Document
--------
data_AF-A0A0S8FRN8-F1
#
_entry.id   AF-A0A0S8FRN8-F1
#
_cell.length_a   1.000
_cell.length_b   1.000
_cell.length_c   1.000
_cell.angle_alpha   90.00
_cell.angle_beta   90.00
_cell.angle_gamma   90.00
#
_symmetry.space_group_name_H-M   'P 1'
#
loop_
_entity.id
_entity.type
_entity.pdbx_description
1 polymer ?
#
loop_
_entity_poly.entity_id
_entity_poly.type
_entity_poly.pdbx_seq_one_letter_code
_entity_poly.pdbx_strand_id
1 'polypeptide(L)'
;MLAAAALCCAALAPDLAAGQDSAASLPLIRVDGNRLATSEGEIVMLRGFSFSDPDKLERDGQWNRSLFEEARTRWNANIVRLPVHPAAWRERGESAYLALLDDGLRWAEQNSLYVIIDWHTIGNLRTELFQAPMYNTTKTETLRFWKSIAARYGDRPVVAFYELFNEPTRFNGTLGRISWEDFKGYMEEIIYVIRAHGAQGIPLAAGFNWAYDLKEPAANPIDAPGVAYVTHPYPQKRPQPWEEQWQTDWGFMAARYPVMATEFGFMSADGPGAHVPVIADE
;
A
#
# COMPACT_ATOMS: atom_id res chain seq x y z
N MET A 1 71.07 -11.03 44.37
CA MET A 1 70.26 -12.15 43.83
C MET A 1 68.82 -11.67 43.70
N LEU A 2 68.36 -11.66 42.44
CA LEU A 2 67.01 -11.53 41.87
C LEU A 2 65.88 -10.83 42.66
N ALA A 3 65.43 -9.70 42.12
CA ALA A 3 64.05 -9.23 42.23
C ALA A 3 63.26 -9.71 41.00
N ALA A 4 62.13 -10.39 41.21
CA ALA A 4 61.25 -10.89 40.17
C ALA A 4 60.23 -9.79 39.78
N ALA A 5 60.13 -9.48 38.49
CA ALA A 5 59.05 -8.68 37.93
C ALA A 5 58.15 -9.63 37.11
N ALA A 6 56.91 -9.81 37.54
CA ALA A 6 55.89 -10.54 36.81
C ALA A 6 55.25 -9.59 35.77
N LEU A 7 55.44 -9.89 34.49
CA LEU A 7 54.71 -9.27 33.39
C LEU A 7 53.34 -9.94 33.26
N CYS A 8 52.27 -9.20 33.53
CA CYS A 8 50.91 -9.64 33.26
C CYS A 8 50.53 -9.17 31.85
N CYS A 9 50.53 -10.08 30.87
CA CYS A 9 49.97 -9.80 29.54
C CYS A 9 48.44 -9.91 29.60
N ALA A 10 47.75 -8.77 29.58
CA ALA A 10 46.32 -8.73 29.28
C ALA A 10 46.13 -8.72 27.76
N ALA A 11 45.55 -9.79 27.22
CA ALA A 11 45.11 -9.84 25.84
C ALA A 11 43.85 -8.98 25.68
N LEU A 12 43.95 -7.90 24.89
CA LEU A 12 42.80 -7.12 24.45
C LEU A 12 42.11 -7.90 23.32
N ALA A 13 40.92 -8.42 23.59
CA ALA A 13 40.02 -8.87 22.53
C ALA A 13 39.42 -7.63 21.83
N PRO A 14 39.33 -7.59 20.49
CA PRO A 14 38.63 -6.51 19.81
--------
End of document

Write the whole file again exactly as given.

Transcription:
data_AF-A0A0S8FRN8-F1
#
_entry.id   AF-A0A0S8FRN8-F1
#
_cell.length_a   1.000
_cell.length_b   1.000
_cell.length_c   1.000
_cell.angle_alpha   90.00
_cell.angle_beta   90.00
_cell.angle_gamma   90.00
#
_symmetry.space_group_name_H-M   'P 1'
#
loop_
_entity.id
_entity.type
_entity.pdbx_description
1 polymer ?
#
loop_
_entity_poly.entity_id
_entity_poly.type
_entity_poly.pdbx_seq_one_letter_code
_entity_poly.pdbx_strand_id
1 'polypeptide(L)'
;MLAAAALCCAALAPDLAAGQDSAASLPLIRVDGNRLATSEGEIVMLRGFSFSDPDKLERDGQWNRSLFEEARTRWNANIVRLPVHPAAWRERGESAYLALLDDGLRWAEQNSLYVIIDWHTIGNLRTELFQAPMYNTTKTETLRFWKSIAARYGDRPVVAFYELFNEPTRFNGTLGRISWEDFKGYMEEIIYVIRAHGAQGIPLAAGFNWAYDLKEPAANPIDAPGVAYVTHPYPQKRPQPWEEQWQTDWGFMAARYPVMATEFGFMSADGPGAHVPVIADE
;
A
#
# COMPACT_ATOMS: atom_id res chain seq x y z
N MET A 1 71.07 -11.03 44.37
CA MET A 1 70.26 -12.15 43.83
C MET A 1 68.82 -11.67 43.70
N LEU A 2 68.36 -11.66 42.44
CA LEU A 2 67.01 -11.53 41.87
C LEU A 2 65.88 -10.83 42.66
N ALA A 3 65.43 -9.70 42.12
CA ALA A 3 64.05 -9.23 42.23
C ALA A 3 63.26 -9.71 41.00
N ALA A 4 62.13 -10.39 41.21
CA ALA A 4 61.25 -10.89 40.17
C ALA A 4 60.23 -9.79 39.78
N ALA A 5 60.13 -9.48 38.49
CA ALA A 5 59.05 -8.68 37.93
C ALA A 5 58.15 -9.63 37.11
N ALA A 6 56.91 -9.81 37.54
CA ALA A 6 55.89 -10.54 36.81
C ALA A 6 55.25 -9.59 35.77
N LEU A 7 55.44 -9.89 34.49
CA LEU A 7 54.71 -9.27 33.39
C LEU A 7 53.34 -9.94 33.26
N CYS A 8 52.27 -9.20 33.53
CA CYS A 8 50.91 -9.64 33.26
C CYS A 8 50.53 -9.17 31.85
N CYS A 9 50.53 -10.08 30.87
CA CYS A 9 49.97 -9.80 29.54
C CYS A 9 48.44 -9.91 29.60
N ALA A 10 47.75 -8.77 29.58
CA ALA A 10 46.32 -8.73 29.28
C ALA A 10 46.13 -8.72 27.76
N ALA A 11 45.55 -9.79 27.22
CA ALA A 11 45.11 -9.84 25.84
C ALA A 11 43.85 -8.98 25.68
N LEU A 12 43.95 -7.90 24.89
CA LEU A 12 42.80 -7.12 24.45
C LEU A 12 42.11 -7.90 23.32
N ALA A 13 40.92 -8.42 23.59
CA ALA A 13 40.02 -8.87 22.53
C ALA A 13 39.42 -7.63 21.83
N PRO A 14 39.33 -7.59 20.49
CA PRO A 14 38.63 -6.51 19.81